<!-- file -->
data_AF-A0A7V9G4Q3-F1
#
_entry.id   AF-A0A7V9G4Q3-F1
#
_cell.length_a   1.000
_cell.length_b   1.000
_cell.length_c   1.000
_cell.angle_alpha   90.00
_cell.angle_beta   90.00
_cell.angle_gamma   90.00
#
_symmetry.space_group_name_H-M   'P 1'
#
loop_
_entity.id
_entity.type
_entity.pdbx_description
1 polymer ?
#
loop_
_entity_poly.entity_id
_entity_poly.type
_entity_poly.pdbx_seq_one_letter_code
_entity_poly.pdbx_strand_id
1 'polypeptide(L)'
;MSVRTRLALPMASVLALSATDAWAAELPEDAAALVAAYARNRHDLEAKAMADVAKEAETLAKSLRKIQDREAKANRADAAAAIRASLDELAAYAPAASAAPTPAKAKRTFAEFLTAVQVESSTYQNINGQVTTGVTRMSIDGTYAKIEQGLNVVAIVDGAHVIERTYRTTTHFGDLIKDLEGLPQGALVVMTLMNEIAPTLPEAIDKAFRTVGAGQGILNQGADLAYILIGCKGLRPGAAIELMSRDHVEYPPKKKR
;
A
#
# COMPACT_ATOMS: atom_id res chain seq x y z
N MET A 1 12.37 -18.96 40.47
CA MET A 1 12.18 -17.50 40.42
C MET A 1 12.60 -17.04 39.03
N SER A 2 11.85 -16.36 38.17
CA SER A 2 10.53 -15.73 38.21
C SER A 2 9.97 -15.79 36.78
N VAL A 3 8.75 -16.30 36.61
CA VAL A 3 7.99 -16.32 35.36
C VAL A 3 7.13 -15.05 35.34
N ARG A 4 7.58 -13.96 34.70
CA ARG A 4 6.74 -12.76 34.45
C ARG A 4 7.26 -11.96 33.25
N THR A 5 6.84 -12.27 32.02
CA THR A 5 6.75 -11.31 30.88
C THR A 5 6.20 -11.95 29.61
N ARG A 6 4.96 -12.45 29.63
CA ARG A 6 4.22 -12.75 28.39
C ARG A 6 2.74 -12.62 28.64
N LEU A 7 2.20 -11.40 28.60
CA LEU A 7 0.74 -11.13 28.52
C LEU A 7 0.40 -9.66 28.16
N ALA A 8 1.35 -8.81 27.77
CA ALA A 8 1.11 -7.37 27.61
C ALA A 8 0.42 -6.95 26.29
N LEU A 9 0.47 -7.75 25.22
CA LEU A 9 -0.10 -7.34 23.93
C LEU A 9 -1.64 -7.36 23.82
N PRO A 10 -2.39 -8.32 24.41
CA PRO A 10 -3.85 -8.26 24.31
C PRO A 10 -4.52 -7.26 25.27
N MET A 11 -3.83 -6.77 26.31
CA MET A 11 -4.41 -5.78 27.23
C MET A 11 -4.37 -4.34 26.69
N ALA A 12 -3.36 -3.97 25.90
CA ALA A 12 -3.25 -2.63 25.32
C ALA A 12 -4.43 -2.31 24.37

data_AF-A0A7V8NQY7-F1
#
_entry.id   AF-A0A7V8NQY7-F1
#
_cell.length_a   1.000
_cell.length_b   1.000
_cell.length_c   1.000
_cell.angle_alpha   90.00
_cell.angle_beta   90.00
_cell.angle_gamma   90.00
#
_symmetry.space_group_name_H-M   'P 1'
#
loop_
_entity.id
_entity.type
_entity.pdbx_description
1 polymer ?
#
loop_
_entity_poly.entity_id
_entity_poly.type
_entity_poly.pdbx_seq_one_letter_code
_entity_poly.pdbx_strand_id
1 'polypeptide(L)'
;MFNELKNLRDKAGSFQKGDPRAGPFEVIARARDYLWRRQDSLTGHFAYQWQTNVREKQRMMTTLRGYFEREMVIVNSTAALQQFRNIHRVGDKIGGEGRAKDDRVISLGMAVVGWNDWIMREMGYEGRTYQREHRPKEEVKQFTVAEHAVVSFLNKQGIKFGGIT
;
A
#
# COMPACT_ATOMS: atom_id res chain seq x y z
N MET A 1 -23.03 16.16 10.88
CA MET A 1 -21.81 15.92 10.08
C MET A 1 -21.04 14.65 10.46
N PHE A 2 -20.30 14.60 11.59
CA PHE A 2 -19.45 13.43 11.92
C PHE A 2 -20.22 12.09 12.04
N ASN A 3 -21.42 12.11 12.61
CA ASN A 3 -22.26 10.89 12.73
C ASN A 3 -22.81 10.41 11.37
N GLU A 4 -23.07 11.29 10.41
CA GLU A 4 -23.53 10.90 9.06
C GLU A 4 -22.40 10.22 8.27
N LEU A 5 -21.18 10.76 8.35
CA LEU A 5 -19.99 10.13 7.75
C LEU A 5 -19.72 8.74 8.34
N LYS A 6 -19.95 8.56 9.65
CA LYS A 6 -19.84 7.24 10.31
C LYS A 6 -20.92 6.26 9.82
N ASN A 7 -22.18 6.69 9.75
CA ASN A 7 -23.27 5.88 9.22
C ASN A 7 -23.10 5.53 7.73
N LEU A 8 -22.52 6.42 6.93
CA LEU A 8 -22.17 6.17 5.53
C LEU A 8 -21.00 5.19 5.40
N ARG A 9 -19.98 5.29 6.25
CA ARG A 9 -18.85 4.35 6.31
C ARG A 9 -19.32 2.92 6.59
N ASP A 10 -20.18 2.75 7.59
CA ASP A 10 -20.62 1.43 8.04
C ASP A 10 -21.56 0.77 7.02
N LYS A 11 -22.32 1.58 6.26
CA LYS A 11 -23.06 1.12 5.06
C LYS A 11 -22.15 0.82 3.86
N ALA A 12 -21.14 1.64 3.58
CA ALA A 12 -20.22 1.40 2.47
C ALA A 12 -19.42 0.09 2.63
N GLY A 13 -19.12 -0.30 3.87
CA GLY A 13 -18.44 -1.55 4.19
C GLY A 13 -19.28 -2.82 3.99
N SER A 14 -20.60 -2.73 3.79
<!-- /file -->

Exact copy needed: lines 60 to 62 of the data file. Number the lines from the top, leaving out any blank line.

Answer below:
C PRO A 10 -4.52 -7.26 25.27
N MET A 11 -3.83 -6.77 26.31
CA MET A 11 -4.41 -5.78 27.23